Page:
The Violation Tracker penalty total for the financial services industry now stands at $305 billion (since 2000), and that number will increase by about $8 billion next week when we post an update that for the first time will include cases brought by the New York State Department of Financial Services and the Manhattan District Attorney’s Office.

Those agencies have brought several dozen major cases against large banks, especially foreign-based ones, for violations of international economic sanctions, money-laundering regulations and rules regarding the manipulation of foreign exchange markets.

Warren and Garcia express specific concern about the combination of SunTrust and BB&T, which are merging to form a new “Too Big to Fail” bank they are naming Truist.

There is good reason for the banks to shed their old identities. According to Violation Tracker, SunTrust has racked up more than $1.5 billion in penalties. These include a 2014 case in which the Consumer Financial Protection Bureau, the Department of Housing and Urban Development, and the attorneys general of 49 states and the District of Columbia required the company to address mortgage servicing misconduct by providing $500 million in loss-mitigation relief to underwater borrowers. It also required SunTrust to pay $40 million to approximately 48,000 consumers who lost their homes to foreclosure. At the same time, SunTrust had to pay $418 million to resolve a related case brought by the Justice Department for originating and underwriting loans that violated its obligations as a participant in the Federal Housing Administration insurance program.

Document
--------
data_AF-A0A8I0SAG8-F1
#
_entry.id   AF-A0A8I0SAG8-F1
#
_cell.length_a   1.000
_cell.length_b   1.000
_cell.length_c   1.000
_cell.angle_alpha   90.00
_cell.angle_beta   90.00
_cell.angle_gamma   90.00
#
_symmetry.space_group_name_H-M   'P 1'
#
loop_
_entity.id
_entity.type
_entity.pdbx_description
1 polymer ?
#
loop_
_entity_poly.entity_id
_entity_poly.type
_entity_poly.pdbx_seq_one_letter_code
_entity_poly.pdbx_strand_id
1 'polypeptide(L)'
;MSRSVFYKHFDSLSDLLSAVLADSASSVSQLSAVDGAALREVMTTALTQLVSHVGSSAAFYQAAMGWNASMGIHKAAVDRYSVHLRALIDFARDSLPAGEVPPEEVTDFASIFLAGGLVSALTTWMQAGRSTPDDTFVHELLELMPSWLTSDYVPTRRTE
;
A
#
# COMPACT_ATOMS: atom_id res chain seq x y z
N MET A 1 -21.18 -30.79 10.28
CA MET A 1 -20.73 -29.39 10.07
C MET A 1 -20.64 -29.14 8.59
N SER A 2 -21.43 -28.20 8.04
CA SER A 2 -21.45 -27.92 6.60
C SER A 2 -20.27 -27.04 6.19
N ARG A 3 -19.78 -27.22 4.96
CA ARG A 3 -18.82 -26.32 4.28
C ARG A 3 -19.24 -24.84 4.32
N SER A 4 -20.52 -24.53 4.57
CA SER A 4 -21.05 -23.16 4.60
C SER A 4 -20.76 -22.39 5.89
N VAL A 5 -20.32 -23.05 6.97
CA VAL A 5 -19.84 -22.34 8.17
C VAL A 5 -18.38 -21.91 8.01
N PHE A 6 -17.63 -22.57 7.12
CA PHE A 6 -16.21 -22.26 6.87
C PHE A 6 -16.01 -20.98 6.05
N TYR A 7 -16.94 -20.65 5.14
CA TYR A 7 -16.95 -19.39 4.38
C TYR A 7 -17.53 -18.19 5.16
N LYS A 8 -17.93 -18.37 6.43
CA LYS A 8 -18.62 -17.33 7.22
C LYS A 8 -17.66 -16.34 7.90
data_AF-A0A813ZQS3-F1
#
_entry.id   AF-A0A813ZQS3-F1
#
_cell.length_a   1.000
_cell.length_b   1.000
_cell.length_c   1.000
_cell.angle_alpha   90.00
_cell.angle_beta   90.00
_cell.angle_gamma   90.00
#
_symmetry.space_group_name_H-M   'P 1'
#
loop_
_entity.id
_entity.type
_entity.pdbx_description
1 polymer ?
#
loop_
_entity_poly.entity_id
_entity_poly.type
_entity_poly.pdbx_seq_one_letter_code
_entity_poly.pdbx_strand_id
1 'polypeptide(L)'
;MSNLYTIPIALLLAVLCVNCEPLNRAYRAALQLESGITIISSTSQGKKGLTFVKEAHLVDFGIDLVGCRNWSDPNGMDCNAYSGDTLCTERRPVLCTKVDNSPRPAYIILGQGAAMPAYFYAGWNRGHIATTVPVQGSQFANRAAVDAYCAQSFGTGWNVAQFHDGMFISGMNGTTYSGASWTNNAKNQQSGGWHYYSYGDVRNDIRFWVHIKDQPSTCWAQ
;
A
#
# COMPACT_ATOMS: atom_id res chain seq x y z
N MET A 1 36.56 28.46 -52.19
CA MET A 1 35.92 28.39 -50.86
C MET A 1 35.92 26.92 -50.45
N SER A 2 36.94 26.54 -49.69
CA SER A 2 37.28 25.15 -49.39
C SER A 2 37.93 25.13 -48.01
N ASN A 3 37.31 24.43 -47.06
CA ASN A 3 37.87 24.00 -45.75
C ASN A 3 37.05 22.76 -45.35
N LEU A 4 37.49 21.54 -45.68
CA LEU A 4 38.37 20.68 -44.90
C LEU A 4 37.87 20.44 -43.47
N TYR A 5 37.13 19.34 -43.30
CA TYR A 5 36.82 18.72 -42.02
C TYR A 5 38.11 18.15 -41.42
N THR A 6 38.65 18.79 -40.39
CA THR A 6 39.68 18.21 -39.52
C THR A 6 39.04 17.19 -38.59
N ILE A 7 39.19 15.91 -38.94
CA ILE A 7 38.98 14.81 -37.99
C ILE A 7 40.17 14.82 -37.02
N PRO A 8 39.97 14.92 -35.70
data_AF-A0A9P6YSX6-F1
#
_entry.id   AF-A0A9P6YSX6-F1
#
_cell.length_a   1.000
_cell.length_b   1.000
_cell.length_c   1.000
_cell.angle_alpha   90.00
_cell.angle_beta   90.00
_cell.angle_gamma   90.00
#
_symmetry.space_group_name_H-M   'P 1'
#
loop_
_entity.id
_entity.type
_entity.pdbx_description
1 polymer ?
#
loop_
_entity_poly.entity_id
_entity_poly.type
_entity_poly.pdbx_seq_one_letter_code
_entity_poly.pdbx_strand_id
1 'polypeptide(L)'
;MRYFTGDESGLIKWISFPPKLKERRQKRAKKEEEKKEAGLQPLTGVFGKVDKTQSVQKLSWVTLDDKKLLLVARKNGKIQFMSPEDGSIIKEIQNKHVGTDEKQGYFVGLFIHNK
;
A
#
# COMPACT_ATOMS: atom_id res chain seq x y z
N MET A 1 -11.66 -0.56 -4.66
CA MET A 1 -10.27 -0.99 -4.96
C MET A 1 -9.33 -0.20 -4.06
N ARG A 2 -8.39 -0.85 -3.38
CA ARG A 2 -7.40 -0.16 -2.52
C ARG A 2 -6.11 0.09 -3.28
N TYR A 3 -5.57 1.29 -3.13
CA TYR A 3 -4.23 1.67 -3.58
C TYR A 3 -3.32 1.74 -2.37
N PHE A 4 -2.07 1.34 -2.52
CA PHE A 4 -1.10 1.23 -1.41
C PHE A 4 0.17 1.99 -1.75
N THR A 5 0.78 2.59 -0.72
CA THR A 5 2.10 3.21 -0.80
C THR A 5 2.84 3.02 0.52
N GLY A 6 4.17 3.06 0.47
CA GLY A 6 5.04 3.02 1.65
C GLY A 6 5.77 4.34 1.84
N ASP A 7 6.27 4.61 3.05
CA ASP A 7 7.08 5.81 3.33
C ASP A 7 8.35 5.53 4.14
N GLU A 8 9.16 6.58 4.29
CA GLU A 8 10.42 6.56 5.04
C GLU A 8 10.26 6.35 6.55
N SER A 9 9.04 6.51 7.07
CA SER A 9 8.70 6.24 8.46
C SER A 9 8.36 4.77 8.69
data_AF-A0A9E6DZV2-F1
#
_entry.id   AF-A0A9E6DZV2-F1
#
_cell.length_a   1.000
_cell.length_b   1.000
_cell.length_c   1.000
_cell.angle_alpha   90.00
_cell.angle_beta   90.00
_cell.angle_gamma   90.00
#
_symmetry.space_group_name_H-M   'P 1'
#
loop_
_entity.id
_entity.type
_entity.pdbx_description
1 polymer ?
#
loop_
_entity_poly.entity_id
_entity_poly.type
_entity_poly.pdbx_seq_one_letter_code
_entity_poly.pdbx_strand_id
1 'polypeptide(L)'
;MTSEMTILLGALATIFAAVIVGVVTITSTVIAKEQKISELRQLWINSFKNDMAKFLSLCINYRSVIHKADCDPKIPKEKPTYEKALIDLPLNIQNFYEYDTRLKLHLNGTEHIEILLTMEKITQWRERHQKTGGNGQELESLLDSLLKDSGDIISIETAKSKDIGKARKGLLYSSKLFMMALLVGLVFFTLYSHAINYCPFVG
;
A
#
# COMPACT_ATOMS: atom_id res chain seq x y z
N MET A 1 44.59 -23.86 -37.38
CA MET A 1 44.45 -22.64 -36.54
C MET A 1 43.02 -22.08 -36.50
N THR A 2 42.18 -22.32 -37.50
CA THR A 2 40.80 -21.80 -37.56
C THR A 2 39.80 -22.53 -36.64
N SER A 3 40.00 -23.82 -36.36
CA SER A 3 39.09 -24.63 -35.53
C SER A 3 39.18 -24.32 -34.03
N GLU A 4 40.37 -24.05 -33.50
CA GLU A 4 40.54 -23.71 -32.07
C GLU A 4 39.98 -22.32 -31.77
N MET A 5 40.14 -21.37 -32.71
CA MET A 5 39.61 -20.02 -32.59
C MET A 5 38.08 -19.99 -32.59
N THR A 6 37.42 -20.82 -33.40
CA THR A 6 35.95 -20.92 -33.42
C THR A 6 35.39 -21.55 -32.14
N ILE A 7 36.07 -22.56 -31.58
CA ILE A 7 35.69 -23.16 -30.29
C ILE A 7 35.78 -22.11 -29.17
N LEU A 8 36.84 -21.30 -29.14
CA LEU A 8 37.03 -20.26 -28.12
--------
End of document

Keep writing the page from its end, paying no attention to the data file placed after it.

As if that was not enough, SunTrust had to pay another $320 million as part of the resolution of a DOJ criminal case alleging that it misled numerous mortgage servicing customers who sought mortgage relief through the federal Home Affordable Modification Program.

BB&T has paid more than $130 million in penalties, most of which came from a 2016 case in which it agreed to pay $83 million to the Justice Department to resolve allegations that it violated the False Claims Act by knowingly originating and underwriting mortgage loans insured by the Federal Housing Administration that did not meet applicable requirements.

Why, one might ask, should corporations with such blemished records be allowed to merge and become the country’s sixth largest bank, whose combined resources will allow it to capture additional market share? It might be worth exploring whether, in addition to the kind of safeguards being proposed by Warren and Garcia, banks with a substantial record of misconduct could be barred from participating in mergers, or at least be required to take additional steps to make amends to the customers and communities they have harmed.